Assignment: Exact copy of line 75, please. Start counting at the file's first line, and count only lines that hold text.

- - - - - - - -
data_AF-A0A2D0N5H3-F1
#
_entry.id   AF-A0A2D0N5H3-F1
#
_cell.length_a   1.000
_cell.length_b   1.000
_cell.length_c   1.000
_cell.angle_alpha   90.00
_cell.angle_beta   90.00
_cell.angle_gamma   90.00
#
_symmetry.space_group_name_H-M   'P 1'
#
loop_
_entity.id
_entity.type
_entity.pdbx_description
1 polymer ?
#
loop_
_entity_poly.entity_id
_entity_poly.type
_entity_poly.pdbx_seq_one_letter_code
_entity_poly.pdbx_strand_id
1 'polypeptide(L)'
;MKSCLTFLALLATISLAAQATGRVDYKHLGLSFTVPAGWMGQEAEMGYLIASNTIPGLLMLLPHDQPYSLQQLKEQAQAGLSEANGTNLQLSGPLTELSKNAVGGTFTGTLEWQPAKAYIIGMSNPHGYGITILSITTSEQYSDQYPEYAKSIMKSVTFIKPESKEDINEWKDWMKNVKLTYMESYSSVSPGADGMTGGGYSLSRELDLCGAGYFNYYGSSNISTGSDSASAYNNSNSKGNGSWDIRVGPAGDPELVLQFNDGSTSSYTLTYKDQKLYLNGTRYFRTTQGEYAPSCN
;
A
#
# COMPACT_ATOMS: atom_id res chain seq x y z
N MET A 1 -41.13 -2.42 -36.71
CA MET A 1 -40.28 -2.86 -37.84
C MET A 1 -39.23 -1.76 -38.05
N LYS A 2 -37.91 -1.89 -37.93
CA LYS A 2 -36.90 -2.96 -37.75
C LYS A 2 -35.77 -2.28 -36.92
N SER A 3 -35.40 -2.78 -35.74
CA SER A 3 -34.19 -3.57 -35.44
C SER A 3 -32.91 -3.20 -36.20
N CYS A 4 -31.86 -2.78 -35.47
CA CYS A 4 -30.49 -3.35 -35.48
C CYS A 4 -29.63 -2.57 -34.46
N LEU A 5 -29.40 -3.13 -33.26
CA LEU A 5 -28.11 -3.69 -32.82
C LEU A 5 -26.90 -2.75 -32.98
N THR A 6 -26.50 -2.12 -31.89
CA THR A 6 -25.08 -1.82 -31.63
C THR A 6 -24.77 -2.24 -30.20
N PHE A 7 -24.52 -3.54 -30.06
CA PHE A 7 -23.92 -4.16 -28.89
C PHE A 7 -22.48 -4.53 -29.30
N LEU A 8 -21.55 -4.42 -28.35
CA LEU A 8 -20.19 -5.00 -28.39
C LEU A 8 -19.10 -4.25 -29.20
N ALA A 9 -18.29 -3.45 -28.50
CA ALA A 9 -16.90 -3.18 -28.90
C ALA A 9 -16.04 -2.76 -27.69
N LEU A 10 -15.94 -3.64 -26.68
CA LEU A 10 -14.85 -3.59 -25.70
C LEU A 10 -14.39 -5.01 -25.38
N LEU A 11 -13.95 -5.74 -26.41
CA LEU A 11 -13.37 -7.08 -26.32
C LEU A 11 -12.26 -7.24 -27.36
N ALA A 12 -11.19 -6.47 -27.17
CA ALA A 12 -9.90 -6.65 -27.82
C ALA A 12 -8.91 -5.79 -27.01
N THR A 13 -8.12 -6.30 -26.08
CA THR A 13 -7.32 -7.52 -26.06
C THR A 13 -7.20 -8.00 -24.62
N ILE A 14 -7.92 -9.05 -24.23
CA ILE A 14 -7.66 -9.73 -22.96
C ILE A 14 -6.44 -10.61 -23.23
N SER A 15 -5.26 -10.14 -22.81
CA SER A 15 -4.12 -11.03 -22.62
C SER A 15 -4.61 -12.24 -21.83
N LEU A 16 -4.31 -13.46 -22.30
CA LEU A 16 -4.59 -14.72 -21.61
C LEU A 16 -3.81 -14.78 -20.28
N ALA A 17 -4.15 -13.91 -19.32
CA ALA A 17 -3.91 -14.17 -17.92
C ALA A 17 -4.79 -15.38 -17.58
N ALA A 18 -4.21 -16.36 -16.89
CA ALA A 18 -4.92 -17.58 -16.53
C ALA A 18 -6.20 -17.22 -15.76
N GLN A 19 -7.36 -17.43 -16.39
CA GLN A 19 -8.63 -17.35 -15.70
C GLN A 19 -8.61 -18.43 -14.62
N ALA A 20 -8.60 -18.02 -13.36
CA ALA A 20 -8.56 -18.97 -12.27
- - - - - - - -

C SER A 15 -4.61 -12.24 -21.83